Sunday, December 27, 2015
"The Gospel of St. John" by J.B. Lightfoot. A Review
“The Gospel of St. John: A Newly Discovered Commentary”
The Lightfoot Legacy Series, Volume 2
Editors, Ben Witherington II and Todd D. Still
IVP Academic (InterVarsity Press)
PO Box 1400
Downers Grove, IL 60515
ISBN: 978-0-8308-2945-3; $40.00; November 2015
Reviewed by Rev. Dr. Michael Philliber for Deus Misereatur
Long forgotten, lingering on the dust coated back shelves of the Durham Cathedral Library in the Monk’s Dormitory, there appears to be a treasure trove of works, files, and folders, along with blue boxes that contain unpublished material from the classic 19th Century New Testament scholar and Bishop of Durham, J.B. Lightfoot. The blue-box material is lecture notes on Acts, the Gospel according to St. John, 1 Peter and 2 Corinthians. They are now being published by IVP Academic as “The Lightfoot Legacy Set” in three volumes and edited by Ben Witherington III and Todd D. Still. The newest work is the 371 page hardback, “The Gospel of St. John: A Newly Discovered Commentary” which is the second installment in the set.
The book begins with a short background forward by the editors, then picks up with the editors’ introduction where they describe Lightfoot’s work and methodology. Next the manuscript includes a lecture Lightfoot gave on the “External and Internal Evidence of the Authenticity and Genuineness of the Fourth Gospel.” Here he goes toe-to-toe with the Tubingen School, and especially F.C. Baur, countering the charges made against the authenticity of John. Afterward comes Lightfoot’s commentary notes on the Gospel according to John, where he scratched out technical linguistic notes on the Greek and grammar. There are excurses where the Bishop delved deeper on subjects like the authenticity of John 7.53-8.11, as well as the authorship of the Gospel. It was interesting to read Lightfoot’s perception of the relationship of John to the Synoptic Gospels, penned in his own words; “The Synoptics are to be interpreted by St. John and not conversely, for St. John is precise and definite” (123). The one disappointment is that the commentary segment abruptly ends with his analysis of chapter 12.1-8. One wonders what else he would have said if he had been ale to complete the rest of his commentary. The book includes three appendices, the first two by Lightfoot that delve deeper into the authenticity of John. And the final piece is by Martin Hengel on “Lightfoot and German Scholarship.”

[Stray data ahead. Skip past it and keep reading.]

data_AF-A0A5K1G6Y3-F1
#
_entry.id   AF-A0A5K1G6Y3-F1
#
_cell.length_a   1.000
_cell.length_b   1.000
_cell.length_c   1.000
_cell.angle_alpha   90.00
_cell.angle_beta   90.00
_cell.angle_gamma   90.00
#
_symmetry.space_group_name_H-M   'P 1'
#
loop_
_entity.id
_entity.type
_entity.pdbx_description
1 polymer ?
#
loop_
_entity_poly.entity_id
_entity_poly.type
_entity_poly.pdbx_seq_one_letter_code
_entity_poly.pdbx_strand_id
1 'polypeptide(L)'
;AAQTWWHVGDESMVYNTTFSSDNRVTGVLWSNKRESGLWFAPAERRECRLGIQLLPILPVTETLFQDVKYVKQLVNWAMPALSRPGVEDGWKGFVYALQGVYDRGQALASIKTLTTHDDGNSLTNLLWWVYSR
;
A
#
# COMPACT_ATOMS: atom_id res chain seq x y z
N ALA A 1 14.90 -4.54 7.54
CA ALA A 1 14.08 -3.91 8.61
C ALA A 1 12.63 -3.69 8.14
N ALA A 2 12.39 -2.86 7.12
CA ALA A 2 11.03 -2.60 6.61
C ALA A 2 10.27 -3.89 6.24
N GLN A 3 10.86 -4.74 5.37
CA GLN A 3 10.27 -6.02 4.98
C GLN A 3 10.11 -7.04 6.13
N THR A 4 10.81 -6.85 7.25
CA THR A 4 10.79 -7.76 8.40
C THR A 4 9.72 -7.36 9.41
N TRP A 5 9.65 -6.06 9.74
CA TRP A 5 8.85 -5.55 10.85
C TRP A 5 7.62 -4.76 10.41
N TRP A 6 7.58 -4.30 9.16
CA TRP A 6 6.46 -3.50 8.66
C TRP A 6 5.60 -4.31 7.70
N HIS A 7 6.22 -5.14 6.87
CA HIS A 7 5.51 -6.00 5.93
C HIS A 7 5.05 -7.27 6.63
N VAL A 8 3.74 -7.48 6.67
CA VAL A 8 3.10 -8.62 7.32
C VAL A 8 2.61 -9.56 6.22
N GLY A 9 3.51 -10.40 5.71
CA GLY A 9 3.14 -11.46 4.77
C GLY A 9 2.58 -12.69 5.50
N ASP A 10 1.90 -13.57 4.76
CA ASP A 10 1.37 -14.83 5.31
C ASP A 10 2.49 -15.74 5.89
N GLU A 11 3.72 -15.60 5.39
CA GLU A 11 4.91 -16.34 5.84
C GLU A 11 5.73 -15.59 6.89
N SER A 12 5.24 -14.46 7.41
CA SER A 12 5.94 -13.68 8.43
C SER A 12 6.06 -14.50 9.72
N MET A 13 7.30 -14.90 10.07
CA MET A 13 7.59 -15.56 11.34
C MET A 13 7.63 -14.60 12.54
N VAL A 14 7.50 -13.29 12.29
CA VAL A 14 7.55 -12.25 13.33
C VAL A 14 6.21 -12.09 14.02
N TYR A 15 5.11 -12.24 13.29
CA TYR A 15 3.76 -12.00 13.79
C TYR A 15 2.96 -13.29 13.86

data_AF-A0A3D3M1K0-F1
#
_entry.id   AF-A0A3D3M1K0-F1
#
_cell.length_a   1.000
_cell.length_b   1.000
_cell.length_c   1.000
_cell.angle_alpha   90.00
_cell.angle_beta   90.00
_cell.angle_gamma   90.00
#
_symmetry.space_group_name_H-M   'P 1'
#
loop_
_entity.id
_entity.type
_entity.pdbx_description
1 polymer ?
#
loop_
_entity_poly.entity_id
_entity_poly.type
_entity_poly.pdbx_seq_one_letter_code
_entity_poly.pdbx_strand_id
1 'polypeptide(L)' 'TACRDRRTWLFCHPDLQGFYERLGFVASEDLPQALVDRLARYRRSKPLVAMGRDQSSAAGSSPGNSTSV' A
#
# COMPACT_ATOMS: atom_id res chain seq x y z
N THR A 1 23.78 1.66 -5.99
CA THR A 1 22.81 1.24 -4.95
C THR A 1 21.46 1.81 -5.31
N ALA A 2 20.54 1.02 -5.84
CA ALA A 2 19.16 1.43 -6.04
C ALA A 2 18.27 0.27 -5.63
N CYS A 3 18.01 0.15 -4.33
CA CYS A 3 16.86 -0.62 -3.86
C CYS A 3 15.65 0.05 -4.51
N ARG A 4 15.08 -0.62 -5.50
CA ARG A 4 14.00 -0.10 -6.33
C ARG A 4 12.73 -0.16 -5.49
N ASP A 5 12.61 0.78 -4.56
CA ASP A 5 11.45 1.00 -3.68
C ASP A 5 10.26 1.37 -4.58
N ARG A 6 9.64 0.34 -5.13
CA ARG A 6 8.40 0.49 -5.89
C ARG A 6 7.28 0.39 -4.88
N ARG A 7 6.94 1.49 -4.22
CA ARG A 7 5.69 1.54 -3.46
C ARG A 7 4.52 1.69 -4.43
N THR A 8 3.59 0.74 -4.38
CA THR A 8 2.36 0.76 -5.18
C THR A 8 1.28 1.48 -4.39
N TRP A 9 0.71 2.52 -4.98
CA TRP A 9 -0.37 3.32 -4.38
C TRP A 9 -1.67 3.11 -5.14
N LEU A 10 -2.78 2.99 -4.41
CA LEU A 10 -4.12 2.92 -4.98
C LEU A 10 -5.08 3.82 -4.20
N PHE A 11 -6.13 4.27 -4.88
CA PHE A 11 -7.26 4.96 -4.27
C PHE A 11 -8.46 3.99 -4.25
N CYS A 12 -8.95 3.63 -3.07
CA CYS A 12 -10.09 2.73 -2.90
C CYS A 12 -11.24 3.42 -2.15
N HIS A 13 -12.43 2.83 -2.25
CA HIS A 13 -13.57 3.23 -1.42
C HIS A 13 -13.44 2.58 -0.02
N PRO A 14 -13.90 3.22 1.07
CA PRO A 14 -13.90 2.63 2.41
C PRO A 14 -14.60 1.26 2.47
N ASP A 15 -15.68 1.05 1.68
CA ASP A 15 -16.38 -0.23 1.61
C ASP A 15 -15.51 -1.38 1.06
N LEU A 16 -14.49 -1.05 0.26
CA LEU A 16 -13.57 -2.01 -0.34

“The Gospel of St. John: A Newly Discovered Commentary” is a voice from the past to help interpreters of the present to speak to a world moving forward into an unknown future. Though Lightfoot was dealing with an older incredulity and skepticism, nevertheless his observations and evaluations are helpful as we face similar suspicions and cynicisms. And his commentary shows the value of thoughtfully reading passages from the original languages. This would make a great addition to the library of your favorite seminarian or pastor. I heartily recommend the volume for more than just its historical value.
My gratitude to IVP Academic for the free copy of the book used in this review.